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Griffin v. Cheverus High School of Portland

Superior Court of Maine, Cumberland

June 20, 2018

JOHN GRIFFIN, individually, and as next friend and parent of PATRICK GRIFFIN, a minor, and DEVDRA GRIFFIN, individually, and as next friend and parent of PATRICK GRIFFIN, a minor, Plaintiffs
v.
CHEVERUS HIGH SCHOOL OF PORTLAND, and SU-ANNE HAMMOND, individually and as next friend and parent of JAKOB HAMMOND, a minor, and ANDREW HAMMOND, individually, and as next friend and parent of JAKOB HAMMOND, a minor, and JOHN/JANE DOES 1-5, Defendants.

          ORDER ON HAMMOND DEFENDANTS' MOTION FOR PARTIAL SUMMARY JUDGMENT

          Lance E. Walker, Justice Maine Superior Court

         Before the Court is Defendants Andrew, Su-Anne, and Jakob Hammond's motion for partial summary judgment. Plaintiffs have opposed this motion. The Court has considered the parties' filings, and for the following reasons, the motion is granted.

         I. Background

         The following facts are not in dispute except where otherwise noted. In May 2016, Plaintiff Patrick Griffin ("Patrick") was enrolled in the 10th grade, and Defendant Jakob Hammond ("Jakob") was enrolled in the 11th grade at Cheverus High School. (Defs.' S.M.F. ¶ 1.) Around 4:00 p.m. on May 18, 2016, Patrick and Jakob were on Cheverus's campus watching a javelin event with Meaghan Collins, Terryn MacDonald, and Matthew Thornton. (Id. ¶¶ 2-3.) The five teenagers left the athletic field and headed toward the school, at which point Patrick and Jakob became engaged in a physical activity. (Id. ¶ 5.) Although the exact nature of that activity remains in dispute, it is uncontested that when Jakob let go of Patrick, Patrick fell to the ground and struck his head. (See id. ¶ 7.)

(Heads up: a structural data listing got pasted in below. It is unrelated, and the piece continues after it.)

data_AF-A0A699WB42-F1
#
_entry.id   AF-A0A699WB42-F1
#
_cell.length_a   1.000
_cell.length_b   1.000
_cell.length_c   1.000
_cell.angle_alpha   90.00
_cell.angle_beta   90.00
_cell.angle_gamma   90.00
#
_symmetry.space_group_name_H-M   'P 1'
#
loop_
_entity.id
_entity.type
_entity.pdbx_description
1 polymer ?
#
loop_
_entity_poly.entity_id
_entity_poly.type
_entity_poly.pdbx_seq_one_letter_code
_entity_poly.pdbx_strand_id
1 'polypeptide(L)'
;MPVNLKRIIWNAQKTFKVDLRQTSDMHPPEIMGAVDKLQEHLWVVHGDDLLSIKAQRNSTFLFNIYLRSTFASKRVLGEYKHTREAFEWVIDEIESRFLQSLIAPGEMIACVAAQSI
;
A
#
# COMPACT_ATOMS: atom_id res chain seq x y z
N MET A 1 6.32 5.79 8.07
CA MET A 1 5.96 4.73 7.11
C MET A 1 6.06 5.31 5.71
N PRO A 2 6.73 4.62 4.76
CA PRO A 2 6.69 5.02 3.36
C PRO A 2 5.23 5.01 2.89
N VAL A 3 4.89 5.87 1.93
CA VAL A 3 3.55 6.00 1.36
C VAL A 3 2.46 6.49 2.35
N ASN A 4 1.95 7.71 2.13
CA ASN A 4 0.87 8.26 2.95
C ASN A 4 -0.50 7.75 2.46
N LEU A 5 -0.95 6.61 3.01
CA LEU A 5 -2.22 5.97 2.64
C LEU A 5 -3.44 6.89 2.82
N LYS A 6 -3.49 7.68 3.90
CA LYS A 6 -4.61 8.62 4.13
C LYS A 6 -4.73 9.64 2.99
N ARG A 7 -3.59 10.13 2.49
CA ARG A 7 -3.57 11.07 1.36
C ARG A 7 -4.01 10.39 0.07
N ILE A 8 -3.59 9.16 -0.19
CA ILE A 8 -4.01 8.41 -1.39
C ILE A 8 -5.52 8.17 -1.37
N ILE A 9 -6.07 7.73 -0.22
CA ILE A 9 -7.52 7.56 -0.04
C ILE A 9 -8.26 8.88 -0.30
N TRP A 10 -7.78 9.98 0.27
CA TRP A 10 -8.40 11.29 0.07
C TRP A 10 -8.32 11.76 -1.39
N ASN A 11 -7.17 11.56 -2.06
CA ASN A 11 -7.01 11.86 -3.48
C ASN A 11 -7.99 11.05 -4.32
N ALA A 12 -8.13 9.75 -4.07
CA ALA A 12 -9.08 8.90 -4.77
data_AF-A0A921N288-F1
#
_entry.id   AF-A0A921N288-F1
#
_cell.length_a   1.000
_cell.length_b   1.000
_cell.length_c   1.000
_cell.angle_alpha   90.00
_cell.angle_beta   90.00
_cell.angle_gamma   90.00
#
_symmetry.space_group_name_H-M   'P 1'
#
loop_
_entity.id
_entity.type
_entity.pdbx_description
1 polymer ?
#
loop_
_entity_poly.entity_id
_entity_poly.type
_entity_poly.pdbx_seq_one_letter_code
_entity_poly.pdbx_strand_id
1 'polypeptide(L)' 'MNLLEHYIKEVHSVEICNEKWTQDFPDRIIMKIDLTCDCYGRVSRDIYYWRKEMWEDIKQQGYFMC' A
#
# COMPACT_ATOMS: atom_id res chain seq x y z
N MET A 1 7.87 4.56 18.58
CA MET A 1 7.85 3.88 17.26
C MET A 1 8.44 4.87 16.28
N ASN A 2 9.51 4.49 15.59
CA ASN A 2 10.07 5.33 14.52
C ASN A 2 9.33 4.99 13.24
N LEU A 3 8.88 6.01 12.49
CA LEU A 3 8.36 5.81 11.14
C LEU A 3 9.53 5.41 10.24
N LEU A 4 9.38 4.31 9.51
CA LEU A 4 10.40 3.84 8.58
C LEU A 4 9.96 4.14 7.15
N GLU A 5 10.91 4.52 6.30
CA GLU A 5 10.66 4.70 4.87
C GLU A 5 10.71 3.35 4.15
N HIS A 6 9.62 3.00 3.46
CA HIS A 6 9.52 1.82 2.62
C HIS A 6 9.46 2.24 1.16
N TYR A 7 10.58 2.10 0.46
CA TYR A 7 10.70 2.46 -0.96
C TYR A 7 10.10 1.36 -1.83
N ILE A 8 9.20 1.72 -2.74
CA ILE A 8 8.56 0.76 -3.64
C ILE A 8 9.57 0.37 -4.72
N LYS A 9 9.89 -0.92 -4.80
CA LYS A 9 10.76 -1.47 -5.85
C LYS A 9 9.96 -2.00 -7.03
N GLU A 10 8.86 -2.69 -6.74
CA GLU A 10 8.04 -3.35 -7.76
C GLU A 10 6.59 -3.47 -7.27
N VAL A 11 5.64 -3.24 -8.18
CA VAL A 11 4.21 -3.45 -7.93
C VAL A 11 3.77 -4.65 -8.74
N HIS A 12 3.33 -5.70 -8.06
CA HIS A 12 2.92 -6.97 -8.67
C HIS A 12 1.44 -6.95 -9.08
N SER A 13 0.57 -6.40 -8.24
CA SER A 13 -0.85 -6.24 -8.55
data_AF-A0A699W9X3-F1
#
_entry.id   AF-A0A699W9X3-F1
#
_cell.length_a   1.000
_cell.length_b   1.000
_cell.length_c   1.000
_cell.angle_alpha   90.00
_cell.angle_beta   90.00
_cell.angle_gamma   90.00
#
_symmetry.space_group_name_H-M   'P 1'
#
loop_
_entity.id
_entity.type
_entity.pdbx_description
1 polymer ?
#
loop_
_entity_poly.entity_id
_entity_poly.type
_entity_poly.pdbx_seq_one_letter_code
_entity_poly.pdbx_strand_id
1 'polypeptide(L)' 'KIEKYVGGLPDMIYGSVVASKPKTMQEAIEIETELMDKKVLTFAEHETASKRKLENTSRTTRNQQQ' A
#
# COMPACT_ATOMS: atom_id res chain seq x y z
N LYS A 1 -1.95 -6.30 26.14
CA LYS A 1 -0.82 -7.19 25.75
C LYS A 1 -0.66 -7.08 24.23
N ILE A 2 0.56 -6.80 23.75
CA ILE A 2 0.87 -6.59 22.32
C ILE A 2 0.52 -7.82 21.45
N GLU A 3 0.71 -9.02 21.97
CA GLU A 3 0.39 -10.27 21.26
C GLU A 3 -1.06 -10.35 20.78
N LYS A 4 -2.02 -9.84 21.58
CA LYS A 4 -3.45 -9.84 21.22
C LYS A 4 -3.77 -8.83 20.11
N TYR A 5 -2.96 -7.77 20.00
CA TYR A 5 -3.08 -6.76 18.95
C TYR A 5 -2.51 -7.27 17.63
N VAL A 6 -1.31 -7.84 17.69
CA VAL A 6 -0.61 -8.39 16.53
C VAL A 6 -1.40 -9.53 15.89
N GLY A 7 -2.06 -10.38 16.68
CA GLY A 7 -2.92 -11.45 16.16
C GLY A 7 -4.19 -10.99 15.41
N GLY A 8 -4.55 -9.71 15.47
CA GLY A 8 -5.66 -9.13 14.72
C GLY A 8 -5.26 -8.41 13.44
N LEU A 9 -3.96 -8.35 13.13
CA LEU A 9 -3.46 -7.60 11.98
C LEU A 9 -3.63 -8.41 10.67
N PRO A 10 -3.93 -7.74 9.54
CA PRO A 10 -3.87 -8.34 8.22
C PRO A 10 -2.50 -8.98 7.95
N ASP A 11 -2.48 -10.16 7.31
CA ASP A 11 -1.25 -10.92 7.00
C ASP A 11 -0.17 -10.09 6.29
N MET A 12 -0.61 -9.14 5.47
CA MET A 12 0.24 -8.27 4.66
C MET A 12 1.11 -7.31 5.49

Defendants Andrew Hammond ("Andrew") and Su-Anne Hammond ("Su-Anne") are Jakob's parents. (Id. ¶ 14.) Neither Andrew nor Su-Anne were present at Cheverus before or during the May 18, 2017 incident between Jakob and Patrick, nor did they have prior knowledge that Jakob would be engaged in physical horseplay with Patrick that day. (Id. ¶¶ 15-16.) Prior to that date, Andrew and Su-Anne had no knowledge of any violent tendencies belonging to Jakob.[1](Id. ¶ 17.) At the time of the incident, Jakob was taking a medication called Fluoxetine and seeing a counselor for depression. (Pis.' A.S.M.F. ¶¶ 44-45, 48-50.)

         Plaintiffs filed their Complaint on December 15, 2016, bringing counts for, inter alia, negligence and negligent infliction of emotional distress against Andrew, Su-Anne, and Jakob. With this motion, the Hammond defendants request summary judgment on Counts III, IV, and VIII of Plaintiffs' Complaint to the extent they state a cause of action against Andrew and Su-Anne for negligent infliction of emotional distress. Defendants further request summary judgment on Counts I and VIII to the extent they state a cause of action against Jakob for negligent infliction of emotional distress upon John and Devdra Griffin. Finally, Defendants request summary judgment on Counts III, IV, and VIII to the extent they state a cause of action against Andrew and Su-Anne for negligence.

         II. Standard of Review

         Summary judgment is appropriate if, based on the parties' statements of material facts and the cited record, there is no genuine issue of material fact and the moving party is entitled to judgment as a matter of law. M.R. Civ. P. 56(c); Dyer v. Dep't of Tramp., 2008 ME 106, ¶ 14, 951 A.2d 821. "A material fact is one that can affect the outcome of the case. A genuine issue of material fact exists when the factfinder must choose between competing versions of the truth." Dyer, 2008 ME 106, ¶ 14, 951 A.2d 821 (internal citation and quotation marks omitted). When deciding a motion for summary judgment, the court reviews the evidence in the light most favorable to the non-moving party. Id.